The coaxial region 30 in the illustrated embodiment is formed by passing terminal end 14t of the second limb 14 into a volume of the first limb 12. As shown in FIG. 1B, at least a portion of the first limb 12 can be cannulated, and an opening 16 on a side of the first limb 12 allows the second limb 14 to be disposed in the first limb 12. The opening 16 can be created manually by forming a hole in the side of the first limb 12 and removing a core of the first limb 12 so that there is space to receive the second limb 14. Alternatively, the filament of the first limb 12 can be a braided suture with a core removed from at least the portion of the first limb 12 that is part of the coaxial region 30, thereby allowing the first limb 12 to receive the second limb 14. In other embodiments a core of a filament, braided or otherwise, is not removed and the second limb 14 is still disposed in first limb 12 using techniques known to those skilled in the art. The junction 18 at which the second limb 14 engages the first limb 12 can be a self-maintaining junction. As a result, pulling on the tail 40 of the surgical construct 10 does not cause the second limb 14 to pull out of the first limb 12. Rather, pulling on the tail 40 can actually force the first limb 12 to collapse around the second limb 14, thereby providing sufficient friction between the two limbs 12 and 14 to hold them together. The two limbs 12 and 14, however, can be separated manually at the junction 18 by applying a sufficient amount of force. Although in the illustrated embodiment the junction 18 is formed by inserting the terminal end 14t of the second limb 14 into a portion of the first limb 12, a person skilled in the art will understand other ways by which the junction can be formed without departing from the spirit of the present disclosure.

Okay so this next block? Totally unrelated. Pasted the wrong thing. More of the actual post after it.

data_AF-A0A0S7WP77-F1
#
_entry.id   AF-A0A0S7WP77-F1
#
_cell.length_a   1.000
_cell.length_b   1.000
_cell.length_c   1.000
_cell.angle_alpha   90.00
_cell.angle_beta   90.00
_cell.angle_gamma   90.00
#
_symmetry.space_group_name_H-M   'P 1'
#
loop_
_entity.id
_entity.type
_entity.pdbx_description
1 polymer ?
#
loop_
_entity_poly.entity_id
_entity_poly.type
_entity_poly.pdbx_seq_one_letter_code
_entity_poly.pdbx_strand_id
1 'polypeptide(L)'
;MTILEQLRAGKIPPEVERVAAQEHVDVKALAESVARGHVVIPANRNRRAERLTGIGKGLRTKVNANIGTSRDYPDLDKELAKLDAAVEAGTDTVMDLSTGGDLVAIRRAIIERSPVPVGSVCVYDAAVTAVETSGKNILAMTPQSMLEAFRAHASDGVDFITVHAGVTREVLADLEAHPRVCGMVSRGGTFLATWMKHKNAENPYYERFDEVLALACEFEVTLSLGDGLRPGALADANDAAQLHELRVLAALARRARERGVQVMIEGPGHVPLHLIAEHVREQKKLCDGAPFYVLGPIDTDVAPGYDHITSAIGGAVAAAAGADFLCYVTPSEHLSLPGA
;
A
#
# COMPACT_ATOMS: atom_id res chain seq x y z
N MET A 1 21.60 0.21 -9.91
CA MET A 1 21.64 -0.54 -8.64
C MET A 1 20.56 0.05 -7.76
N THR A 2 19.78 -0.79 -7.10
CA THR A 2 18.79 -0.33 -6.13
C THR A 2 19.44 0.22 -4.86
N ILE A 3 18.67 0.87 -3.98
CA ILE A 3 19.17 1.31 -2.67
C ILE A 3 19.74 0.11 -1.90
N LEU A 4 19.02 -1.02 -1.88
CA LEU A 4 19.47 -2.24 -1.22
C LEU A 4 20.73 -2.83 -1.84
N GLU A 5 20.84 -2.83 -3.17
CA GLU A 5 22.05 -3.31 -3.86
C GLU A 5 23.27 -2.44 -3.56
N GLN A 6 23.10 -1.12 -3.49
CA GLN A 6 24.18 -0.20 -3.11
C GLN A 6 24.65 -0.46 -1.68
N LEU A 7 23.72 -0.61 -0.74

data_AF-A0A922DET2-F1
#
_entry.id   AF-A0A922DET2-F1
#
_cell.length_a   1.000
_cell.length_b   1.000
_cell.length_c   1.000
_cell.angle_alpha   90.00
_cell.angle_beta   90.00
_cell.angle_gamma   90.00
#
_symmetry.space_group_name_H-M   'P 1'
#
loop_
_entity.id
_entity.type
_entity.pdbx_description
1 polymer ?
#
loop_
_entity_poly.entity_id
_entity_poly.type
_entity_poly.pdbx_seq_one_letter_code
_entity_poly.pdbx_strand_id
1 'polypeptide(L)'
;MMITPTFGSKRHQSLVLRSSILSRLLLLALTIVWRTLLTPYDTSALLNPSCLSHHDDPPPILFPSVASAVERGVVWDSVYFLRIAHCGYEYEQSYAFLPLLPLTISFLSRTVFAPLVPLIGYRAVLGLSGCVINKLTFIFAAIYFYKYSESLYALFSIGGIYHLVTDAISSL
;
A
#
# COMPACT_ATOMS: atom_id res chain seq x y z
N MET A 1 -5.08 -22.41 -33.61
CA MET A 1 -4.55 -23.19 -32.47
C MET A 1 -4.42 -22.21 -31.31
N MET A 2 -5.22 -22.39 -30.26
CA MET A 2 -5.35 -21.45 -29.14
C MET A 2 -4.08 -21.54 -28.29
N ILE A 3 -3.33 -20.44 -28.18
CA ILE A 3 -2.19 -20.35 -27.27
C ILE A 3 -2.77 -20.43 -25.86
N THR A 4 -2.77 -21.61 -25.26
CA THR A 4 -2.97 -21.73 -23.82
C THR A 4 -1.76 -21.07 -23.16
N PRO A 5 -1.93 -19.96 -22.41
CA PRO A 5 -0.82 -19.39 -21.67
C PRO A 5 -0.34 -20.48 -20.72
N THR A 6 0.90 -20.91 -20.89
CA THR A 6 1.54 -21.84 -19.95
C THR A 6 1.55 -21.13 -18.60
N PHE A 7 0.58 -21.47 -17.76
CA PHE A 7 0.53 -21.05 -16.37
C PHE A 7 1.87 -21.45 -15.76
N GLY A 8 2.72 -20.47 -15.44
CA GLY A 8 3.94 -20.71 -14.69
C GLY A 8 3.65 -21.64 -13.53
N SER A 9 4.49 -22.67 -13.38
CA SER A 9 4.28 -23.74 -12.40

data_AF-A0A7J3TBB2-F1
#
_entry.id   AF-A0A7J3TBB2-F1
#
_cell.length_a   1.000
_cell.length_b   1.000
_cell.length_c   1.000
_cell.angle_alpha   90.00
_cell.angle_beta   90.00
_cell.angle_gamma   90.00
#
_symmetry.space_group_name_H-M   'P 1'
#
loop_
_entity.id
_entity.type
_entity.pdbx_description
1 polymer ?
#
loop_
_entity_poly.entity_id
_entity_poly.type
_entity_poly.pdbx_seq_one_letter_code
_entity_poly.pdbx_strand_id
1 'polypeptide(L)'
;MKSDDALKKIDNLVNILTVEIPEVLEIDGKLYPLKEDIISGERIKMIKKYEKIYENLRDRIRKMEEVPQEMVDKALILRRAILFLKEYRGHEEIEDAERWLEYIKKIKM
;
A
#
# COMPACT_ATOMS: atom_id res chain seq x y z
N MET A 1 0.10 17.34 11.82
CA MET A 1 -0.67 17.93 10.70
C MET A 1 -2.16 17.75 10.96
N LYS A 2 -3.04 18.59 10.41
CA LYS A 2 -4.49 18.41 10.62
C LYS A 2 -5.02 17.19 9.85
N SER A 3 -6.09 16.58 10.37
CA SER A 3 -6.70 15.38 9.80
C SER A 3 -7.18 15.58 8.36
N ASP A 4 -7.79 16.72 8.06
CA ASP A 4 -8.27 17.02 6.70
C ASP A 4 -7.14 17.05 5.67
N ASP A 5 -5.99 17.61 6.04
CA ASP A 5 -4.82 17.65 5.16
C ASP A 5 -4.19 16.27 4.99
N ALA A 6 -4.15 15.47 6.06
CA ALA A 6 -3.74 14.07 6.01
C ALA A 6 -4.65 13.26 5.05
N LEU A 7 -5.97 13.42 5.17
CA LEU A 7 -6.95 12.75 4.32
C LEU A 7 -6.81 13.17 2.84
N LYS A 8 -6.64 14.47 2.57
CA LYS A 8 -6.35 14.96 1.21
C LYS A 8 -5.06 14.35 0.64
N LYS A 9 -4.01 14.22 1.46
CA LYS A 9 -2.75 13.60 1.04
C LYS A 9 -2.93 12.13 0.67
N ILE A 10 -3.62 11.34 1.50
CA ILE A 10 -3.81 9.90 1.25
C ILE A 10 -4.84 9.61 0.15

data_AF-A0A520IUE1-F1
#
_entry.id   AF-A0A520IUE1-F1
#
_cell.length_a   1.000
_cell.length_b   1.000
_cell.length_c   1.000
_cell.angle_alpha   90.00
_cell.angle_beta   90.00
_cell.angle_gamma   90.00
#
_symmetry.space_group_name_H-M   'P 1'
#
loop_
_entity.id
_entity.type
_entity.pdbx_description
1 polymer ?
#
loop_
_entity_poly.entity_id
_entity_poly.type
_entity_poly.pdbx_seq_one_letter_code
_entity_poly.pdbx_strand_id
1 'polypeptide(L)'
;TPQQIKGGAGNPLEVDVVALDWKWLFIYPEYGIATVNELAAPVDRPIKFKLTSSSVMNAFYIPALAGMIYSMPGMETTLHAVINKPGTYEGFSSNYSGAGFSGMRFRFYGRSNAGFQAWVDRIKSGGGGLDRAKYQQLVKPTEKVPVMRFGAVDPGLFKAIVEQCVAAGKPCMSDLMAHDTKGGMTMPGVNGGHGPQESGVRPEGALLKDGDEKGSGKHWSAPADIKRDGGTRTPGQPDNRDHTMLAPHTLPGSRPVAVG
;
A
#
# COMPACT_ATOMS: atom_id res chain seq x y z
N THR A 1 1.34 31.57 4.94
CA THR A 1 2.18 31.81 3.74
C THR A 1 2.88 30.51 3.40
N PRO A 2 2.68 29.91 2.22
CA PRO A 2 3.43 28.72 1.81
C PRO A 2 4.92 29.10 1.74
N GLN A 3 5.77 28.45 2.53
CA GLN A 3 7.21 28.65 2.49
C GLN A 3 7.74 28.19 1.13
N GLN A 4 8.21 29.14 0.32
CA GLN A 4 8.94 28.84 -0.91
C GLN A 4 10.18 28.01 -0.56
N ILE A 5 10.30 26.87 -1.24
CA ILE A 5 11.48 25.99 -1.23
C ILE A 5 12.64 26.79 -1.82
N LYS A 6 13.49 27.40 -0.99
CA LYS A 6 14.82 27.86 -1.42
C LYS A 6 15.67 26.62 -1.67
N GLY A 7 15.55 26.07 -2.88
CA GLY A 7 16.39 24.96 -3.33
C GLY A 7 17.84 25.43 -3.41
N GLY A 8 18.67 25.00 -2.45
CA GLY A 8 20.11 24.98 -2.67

The tail 40 of the construct 10 is formed by the remaining portion of the first limb 12 that extends beyond the coaxial region 30. The tail 40 can be used to help lead insertion of the construct 10 in tissue, coupling the construct 10 to a suture anchor, and leading the second end 10b of the construct 10 into the opening 22 of the snare 20 during tissue repair procedures, among other things. Accordingly, a length and thickness of the tail 40 can be such that it ensures robust shuttling of the construct 10 during a surgical procedure.

The filament used to form the first and second limbs 12 and 14 can be any type and material typically used as filaments, including a cannulated filament, a braided filament, and a mono filament. The type and strength of the filament can depend, at least in part, on the other materials of the construct, if any, such as an anchor, the tissue and other components through which it will be passed or coupled to, and the type of procedure in which it is used. In one exemplary embodiment the filament is a #0 filament (about 26 gauge to about 27 gauge), such as an Orthocord™ filament that is commercially available from DePuy Mitek, Inc., DePuy Mitek Inc., 325 Paramount Drive, Raynham, Mass. 02767, or an Ethibond™ filament that is commercially available from Ethicon, Inc., Route 22 West, Somerville, N.J. 08876. A portion of the core of the filament can be removed to form a cannulated portion of the first limb 12 for use in the coaxial region 30. The thickness of the filament should provide strength in the connection but at the same time minimize the trauma caused to tissue through which it passes. In some embodiments the filament can have a size between about a #5 filament (about 20 gauge to about 21 gauge) and about a #3-0 filament (about 29 gauge to about 32 gauge). Orthocord™ suture is approximately fifty-five to sixty-five percent PDS™ polydioxanone, which is bioabsorbable, and the remaining thirty-five to forty-five percent ultra high molecular weight polyethylene, while Ethibond™ suture is primarily high strength polyester. The amount and type of bioabsorbable material, if any, utilized in the filaments of the present disclosure is primarily a matter of surgeon preference for the particular surgical procedure to be performed. Additionally, although in the illustrated embodiment a single filament is used to form the first and second limbs 12 and 14, a separate filament can be used for each of the first and second limbs 12 and 14 without departing from the spirit of the disclosures provided herein.